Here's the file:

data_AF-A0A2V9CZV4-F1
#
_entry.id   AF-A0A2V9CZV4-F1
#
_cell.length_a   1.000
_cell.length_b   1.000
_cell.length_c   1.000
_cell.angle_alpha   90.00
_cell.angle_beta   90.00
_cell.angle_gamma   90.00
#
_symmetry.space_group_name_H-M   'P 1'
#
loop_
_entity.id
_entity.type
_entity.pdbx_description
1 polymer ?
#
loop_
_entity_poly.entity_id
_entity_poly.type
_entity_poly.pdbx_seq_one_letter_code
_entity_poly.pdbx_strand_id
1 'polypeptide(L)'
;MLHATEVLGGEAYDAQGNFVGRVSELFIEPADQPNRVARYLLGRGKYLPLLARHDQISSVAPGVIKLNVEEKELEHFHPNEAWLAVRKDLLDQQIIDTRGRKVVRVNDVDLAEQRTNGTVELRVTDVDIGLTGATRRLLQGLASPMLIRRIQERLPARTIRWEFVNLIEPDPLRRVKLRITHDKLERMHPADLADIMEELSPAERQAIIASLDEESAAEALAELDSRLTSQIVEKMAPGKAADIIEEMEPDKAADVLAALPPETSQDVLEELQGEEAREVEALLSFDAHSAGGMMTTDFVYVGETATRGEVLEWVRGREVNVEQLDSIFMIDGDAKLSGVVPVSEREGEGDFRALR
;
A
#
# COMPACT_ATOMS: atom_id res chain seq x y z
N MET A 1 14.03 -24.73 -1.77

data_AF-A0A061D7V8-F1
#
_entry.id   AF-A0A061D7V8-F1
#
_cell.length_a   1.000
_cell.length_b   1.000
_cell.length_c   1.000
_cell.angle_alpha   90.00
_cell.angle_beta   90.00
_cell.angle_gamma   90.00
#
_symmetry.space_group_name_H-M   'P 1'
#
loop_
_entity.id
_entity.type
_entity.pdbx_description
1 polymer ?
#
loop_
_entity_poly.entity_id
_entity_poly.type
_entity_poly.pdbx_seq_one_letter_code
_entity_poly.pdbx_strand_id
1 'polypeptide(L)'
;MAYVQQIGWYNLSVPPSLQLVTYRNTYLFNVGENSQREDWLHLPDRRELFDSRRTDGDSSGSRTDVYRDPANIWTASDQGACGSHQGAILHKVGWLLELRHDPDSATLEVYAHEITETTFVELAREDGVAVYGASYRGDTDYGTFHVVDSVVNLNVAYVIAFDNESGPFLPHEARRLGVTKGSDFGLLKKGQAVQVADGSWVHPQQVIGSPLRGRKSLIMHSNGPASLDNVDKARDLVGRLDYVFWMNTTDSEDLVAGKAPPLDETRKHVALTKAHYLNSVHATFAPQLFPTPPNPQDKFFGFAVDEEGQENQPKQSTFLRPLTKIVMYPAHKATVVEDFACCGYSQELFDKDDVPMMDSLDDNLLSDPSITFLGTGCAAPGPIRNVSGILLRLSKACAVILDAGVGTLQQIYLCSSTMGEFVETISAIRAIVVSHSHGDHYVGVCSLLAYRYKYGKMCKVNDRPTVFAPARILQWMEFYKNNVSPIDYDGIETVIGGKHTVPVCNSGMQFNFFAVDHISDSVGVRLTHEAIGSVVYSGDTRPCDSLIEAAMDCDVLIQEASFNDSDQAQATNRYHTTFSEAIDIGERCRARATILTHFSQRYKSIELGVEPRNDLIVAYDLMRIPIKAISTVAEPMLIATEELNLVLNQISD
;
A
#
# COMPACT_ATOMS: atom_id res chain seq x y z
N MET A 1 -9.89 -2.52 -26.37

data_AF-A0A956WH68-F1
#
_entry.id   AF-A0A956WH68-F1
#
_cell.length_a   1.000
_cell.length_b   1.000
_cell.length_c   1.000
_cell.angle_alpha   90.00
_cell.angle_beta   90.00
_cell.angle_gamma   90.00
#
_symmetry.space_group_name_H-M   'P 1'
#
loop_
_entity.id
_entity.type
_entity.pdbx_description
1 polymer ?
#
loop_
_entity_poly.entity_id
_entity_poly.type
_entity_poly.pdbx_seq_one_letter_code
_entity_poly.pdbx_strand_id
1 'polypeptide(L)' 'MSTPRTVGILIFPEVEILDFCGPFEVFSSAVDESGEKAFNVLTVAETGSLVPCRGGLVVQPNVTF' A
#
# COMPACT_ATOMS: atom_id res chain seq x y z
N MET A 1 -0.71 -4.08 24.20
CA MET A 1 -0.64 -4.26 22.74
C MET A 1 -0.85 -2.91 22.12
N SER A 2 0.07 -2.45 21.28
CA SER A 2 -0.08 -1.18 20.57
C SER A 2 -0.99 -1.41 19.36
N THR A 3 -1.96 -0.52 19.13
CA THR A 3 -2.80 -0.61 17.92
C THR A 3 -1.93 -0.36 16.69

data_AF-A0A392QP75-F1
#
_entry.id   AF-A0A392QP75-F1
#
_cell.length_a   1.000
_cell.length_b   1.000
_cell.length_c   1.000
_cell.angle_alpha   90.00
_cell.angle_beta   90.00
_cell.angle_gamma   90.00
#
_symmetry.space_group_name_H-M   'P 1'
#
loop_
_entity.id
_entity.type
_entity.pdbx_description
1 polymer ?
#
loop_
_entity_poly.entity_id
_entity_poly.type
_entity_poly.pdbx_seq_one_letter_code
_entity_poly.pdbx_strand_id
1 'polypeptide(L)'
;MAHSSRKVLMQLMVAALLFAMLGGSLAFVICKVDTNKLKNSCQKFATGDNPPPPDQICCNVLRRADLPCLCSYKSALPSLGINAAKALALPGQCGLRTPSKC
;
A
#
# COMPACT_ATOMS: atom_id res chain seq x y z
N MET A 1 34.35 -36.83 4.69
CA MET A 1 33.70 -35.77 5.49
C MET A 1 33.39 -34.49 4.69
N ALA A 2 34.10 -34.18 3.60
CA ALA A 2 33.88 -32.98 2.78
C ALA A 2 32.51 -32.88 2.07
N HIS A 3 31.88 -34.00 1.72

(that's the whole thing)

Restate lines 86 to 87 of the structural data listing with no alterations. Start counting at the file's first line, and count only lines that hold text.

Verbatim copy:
_entity_poly.pdbx_strand_id
1 'polypeptide(L)' 'MSTPRTVGILIFPEVEILDFCGPFEVFSSAVDESGEKAFNVLTVAETGSLVPCRGGLVVQPNVTF' A